Iowa Department of Agriculture

Iowa Secretary of Agriculture, Mike Naig

(Des Moines) -- After struggling with "historic" delays in planting activities, Iowa farmers finally caught a break last week.

The latest Iowa Crop Progress and Conditions Report for June 3rd through the 9th showed 93% of the expected corn crop planted--more than two weeks behind last year, and almost three weeks behind the five-year average. Corn condition was rated 58% good to excellent. Nearly a third of the expected soybean crop was planted this past week, with 70% of the expected soybean crop now planted. That's still 17 days behind last year. Thirty-five percent of the crop has emerged, more than two weeks behind last year, as well as the average.

The report indicated dryer weather helped farmers play catch-up on planting, with 5.2 days suitable for fieldwork statewide. It's the first time this season farmers had more than five suitable days in the field. On a recent edition of KMA's "Morning Line" program, Iowa Ag Secretary Mike Naig says farmers were taking advantage of a much-needed break from rainfall.

"We've seen large swaths of the state have those clear skies," said Naig, "and that sunshine and warmer temps is exactly what the doctor ordered. I know we're going to see a lot of progress this week in that report. But, the other challenge we have to be mindful of is that late planted corn and soybeans are typically going to yield less. So, that definitely has an impact on the pocketbook."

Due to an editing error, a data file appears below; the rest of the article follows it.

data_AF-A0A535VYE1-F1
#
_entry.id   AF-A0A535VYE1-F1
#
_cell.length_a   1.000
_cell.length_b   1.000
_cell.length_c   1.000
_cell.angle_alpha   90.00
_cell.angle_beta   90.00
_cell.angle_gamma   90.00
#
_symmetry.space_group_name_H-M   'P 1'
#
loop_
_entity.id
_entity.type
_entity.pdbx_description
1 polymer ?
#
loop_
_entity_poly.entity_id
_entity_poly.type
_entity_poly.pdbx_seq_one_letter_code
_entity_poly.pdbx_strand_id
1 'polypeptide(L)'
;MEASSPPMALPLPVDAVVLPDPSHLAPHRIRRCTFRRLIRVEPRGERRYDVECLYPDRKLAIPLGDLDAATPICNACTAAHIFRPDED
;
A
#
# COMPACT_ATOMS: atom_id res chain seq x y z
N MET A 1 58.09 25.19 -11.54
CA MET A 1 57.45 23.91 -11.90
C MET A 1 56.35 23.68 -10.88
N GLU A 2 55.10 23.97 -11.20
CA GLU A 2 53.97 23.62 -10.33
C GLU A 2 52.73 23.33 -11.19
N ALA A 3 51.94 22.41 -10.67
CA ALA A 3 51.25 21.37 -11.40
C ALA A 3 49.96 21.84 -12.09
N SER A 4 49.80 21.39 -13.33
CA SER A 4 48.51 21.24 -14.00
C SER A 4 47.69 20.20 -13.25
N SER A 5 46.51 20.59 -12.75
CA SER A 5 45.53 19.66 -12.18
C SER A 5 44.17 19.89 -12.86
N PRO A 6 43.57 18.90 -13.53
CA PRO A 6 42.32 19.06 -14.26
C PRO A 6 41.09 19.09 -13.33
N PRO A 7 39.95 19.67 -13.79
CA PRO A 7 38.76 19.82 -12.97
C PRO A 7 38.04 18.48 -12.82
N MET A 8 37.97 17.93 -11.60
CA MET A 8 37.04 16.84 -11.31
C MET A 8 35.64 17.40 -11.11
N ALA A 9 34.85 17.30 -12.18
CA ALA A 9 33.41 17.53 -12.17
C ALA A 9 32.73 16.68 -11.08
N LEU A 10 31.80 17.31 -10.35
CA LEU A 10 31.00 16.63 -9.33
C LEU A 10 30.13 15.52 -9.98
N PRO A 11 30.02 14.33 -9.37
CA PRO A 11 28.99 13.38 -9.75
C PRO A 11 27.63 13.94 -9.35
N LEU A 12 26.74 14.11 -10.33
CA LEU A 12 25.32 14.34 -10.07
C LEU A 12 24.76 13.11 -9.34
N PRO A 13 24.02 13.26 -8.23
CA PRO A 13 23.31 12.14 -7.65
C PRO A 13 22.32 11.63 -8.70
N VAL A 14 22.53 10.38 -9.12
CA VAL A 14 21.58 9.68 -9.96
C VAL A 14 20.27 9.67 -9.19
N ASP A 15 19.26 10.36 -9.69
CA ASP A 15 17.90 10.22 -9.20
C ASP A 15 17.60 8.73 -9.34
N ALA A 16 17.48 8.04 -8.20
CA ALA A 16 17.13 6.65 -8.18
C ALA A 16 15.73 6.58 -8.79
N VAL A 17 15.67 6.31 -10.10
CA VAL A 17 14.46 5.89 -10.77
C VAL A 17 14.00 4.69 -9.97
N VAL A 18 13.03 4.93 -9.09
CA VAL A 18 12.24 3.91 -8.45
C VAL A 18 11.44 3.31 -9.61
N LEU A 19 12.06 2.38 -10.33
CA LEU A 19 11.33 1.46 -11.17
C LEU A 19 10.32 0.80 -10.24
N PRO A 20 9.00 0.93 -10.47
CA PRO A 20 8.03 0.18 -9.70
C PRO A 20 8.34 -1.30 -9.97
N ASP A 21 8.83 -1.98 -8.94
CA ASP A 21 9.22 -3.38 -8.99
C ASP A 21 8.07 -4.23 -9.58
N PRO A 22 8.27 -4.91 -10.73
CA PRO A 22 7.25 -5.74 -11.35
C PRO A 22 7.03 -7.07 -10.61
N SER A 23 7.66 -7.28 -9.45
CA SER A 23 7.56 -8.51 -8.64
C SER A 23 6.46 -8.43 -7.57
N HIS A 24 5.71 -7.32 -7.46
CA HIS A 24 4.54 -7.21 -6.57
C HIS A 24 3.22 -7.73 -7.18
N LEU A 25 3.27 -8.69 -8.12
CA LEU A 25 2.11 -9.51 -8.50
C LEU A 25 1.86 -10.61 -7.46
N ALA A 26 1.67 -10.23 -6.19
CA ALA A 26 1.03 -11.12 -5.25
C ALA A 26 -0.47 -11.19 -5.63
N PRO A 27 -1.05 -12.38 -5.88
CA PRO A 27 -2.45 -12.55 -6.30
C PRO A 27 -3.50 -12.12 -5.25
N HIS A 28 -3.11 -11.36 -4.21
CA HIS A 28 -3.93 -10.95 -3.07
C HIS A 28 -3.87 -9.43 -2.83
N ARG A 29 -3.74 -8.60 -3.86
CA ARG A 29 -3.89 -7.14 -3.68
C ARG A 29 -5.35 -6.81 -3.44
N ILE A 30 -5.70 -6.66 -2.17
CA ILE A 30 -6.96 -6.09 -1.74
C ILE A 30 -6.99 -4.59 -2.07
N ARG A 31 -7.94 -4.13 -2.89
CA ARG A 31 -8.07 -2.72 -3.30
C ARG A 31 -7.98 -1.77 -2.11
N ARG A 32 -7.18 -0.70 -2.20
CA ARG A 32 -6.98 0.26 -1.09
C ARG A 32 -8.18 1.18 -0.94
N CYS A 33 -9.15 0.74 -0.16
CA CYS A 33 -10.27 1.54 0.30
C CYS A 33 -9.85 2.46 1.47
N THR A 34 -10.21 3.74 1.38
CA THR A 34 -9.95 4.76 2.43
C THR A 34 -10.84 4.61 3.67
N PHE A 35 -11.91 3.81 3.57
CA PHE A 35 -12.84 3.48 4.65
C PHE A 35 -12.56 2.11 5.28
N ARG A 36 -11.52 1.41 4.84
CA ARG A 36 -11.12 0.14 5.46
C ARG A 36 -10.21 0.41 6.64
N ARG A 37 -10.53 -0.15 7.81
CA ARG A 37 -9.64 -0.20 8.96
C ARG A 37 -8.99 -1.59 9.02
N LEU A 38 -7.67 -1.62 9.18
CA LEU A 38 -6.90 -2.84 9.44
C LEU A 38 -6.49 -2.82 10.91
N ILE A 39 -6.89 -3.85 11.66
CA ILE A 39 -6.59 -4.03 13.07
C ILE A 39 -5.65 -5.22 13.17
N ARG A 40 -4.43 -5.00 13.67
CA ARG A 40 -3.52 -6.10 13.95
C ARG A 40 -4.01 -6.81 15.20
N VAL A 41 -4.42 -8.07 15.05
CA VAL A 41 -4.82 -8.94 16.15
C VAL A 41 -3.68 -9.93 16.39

Despite the recent stretch of dry weather, Naig says it's still been a challenging spring for producers--especially in southwest Iowa.

"So, of course, we think a lot about, again, Pottawattamie, Mills and Fremont counties, and the flooding," he said. "So, that is very much a concern. Btu, we have had significant rainfall across the state, and that has created historic delays in our planting progress."

Naig, however, adds farmers cope with inclement weather on a yearly basis.

"We have weather challenges each and every year," said Naig. "Sometimes, it's too much water, sometimes it's not enough. We rely on Mother Nature to give us what she gives us--then we have to deal with that. It's always a concern when the crop doesn't get planted quite like you want it to. Some of that can be made up with good weather, and further exacerbated by the bad."

Topsoil moisture across the state was rated at 73% adequate and 26% surplus. Subsoil moisture levels rated 67% adequate and 33% surplus.